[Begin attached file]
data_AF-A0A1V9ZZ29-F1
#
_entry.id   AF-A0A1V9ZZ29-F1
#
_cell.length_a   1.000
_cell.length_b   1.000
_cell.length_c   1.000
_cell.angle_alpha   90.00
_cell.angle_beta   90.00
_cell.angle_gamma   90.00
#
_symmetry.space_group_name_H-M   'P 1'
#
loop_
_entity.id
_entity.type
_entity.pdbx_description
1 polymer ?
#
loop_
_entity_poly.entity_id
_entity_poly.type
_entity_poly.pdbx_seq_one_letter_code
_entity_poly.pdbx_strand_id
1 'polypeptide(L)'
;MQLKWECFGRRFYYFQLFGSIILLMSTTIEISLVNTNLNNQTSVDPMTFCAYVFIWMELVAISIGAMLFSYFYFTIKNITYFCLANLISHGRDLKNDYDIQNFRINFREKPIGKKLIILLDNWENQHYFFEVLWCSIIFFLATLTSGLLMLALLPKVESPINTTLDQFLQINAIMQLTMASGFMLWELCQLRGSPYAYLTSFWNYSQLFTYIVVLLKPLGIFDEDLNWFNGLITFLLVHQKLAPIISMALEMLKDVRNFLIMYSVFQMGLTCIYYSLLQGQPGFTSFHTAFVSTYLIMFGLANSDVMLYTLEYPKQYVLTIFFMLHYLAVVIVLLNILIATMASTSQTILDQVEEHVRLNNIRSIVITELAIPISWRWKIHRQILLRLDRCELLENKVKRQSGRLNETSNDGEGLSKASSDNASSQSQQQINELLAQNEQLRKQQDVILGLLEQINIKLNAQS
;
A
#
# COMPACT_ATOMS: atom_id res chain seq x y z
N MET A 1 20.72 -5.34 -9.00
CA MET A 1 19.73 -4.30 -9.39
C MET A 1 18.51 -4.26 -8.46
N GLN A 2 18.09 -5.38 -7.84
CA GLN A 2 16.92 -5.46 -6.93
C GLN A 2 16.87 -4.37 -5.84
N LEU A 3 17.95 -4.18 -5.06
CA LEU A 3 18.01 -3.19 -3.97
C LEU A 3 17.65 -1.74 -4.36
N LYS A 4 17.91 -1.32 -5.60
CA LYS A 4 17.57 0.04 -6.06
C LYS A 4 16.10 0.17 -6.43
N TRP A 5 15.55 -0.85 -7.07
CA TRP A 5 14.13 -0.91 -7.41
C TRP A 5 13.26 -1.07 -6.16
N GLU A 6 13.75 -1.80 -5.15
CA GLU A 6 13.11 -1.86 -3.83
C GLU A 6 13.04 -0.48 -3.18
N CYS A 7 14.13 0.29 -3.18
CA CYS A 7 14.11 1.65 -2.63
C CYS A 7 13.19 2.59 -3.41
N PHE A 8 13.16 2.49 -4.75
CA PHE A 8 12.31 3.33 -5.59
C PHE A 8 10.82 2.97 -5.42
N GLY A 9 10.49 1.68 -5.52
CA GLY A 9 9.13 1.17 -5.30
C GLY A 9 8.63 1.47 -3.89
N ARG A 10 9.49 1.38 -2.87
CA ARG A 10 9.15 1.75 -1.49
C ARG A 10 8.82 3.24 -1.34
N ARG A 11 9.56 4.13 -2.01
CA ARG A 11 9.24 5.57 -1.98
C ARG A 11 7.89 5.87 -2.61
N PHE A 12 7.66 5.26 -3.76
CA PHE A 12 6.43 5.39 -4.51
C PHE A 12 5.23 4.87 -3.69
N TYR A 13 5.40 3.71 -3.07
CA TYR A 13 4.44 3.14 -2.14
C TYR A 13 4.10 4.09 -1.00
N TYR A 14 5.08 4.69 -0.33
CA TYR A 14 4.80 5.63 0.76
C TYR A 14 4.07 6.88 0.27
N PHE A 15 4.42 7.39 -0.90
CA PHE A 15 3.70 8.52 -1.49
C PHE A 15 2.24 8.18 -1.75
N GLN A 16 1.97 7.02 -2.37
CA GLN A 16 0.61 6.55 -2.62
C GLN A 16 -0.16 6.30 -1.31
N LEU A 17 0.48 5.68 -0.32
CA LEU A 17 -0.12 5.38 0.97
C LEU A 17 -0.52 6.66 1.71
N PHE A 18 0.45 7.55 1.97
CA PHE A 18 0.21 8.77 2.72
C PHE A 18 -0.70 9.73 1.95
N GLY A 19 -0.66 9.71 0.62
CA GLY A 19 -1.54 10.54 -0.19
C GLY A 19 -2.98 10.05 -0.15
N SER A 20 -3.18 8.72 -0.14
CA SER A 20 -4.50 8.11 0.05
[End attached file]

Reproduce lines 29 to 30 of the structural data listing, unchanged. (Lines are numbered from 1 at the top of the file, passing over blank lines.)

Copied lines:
#
# COMPACT_ATOMS: atom_id res chain seq x y z